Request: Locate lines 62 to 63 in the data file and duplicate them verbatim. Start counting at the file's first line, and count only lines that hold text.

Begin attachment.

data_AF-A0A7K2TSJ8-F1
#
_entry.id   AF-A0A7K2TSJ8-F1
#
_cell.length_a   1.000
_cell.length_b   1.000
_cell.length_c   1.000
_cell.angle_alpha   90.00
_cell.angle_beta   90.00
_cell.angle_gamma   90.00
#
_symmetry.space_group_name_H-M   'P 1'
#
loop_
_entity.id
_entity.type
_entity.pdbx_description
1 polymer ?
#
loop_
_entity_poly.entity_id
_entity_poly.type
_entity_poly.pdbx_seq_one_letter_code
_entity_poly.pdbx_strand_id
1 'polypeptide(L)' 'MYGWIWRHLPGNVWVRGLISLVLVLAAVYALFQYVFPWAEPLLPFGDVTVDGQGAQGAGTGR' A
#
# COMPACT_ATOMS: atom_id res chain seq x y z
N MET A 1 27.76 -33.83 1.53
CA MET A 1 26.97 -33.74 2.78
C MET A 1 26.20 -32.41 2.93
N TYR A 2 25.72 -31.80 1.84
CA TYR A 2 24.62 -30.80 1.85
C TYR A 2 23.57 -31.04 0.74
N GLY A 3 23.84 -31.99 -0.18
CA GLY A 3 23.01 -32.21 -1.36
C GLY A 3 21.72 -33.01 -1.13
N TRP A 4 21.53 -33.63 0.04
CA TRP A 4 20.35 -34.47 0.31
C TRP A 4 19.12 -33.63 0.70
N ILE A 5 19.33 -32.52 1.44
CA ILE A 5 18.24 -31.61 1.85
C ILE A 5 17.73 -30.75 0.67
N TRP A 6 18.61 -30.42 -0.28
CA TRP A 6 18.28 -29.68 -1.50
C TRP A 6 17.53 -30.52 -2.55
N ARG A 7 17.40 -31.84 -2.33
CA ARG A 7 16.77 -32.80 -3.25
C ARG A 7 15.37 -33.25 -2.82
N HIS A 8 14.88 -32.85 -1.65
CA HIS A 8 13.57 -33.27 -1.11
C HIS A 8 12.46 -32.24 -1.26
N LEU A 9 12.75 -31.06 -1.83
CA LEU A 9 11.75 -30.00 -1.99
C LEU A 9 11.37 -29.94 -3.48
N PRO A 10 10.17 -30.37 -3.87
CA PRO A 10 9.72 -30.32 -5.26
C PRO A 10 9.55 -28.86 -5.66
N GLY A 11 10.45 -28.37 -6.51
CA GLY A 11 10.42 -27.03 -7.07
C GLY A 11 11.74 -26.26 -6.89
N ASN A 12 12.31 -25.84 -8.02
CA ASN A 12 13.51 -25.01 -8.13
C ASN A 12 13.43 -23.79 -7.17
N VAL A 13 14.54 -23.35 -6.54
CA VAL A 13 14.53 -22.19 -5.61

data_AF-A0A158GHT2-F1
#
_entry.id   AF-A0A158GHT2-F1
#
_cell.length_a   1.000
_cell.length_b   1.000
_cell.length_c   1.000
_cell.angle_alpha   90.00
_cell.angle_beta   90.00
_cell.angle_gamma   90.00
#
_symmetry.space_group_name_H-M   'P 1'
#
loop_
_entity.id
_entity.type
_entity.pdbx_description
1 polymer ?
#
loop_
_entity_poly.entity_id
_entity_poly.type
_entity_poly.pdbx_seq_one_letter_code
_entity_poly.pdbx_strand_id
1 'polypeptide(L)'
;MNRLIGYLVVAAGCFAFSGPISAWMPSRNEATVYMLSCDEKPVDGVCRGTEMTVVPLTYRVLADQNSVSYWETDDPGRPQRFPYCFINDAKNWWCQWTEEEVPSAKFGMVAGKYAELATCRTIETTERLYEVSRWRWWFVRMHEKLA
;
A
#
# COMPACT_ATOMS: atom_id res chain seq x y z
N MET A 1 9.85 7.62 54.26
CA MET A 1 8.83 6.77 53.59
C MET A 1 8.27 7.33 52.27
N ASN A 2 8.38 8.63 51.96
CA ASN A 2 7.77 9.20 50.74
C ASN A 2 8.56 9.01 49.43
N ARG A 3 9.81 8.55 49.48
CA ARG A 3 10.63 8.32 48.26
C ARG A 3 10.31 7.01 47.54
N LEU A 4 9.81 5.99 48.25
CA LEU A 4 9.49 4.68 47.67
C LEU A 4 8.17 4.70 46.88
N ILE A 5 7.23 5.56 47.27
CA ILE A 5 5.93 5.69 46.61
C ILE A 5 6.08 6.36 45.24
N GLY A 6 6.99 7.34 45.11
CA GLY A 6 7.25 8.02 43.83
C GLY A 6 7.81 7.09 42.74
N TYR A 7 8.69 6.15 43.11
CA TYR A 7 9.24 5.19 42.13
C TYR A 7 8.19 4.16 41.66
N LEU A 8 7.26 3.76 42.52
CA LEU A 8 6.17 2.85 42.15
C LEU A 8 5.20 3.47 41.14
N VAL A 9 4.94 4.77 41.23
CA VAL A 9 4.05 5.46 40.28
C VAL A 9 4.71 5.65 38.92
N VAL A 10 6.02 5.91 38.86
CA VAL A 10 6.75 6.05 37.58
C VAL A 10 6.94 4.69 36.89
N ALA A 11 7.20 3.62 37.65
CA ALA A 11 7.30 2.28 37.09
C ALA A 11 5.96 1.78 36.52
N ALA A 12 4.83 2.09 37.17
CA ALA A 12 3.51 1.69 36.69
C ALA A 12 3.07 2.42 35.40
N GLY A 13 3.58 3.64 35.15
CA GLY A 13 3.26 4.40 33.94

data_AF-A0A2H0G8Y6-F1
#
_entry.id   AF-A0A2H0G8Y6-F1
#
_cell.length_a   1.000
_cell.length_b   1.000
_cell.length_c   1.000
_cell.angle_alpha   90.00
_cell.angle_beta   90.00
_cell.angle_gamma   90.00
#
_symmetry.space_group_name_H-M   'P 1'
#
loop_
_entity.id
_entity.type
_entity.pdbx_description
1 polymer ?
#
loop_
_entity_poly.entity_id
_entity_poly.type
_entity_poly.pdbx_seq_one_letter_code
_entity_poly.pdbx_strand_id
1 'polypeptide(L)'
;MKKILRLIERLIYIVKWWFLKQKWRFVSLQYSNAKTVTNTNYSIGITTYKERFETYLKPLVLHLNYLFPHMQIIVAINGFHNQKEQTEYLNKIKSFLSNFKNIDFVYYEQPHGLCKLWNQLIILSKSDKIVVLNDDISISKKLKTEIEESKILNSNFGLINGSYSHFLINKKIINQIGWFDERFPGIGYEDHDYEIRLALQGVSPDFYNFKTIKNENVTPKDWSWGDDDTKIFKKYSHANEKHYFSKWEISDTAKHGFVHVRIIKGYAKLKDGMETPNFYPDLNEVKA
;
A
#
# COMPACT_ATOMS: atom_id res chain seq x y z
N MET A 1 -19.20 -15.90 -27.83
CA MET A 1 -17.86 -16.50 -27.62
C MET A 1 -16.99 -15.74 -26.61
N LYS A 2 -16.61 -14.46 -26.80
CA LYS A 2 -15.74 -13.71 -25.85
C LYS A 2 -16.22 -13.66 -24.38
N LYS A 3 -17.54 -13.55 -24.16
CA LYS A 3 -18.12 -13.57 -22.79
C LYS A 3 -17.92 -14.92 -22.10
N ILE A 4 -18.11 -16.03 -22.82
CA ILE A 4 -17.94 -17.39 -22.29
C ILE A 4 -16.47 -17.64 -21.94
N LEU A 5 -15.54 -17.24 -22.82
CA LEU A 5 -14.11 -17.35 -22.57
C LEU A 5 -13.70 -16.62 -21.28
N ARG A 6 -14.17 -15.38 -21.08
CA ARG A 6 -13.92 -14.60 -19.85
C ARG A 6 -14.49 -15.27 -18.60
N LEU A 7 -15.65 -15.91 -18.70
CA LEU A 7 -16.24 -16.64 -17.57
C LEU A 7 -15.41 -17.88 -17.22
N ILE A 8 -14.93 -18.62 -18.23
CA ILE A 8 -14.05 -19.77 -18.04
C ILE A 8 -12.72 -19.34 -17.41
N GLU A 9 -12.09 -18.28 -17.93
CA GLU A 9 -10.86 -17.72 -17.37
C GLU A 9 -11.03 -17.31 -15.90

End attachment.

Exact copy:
CA ASN A 12 13.51 -25.01 -8.13
C ASN A 12 13.43 -23.79 -7.17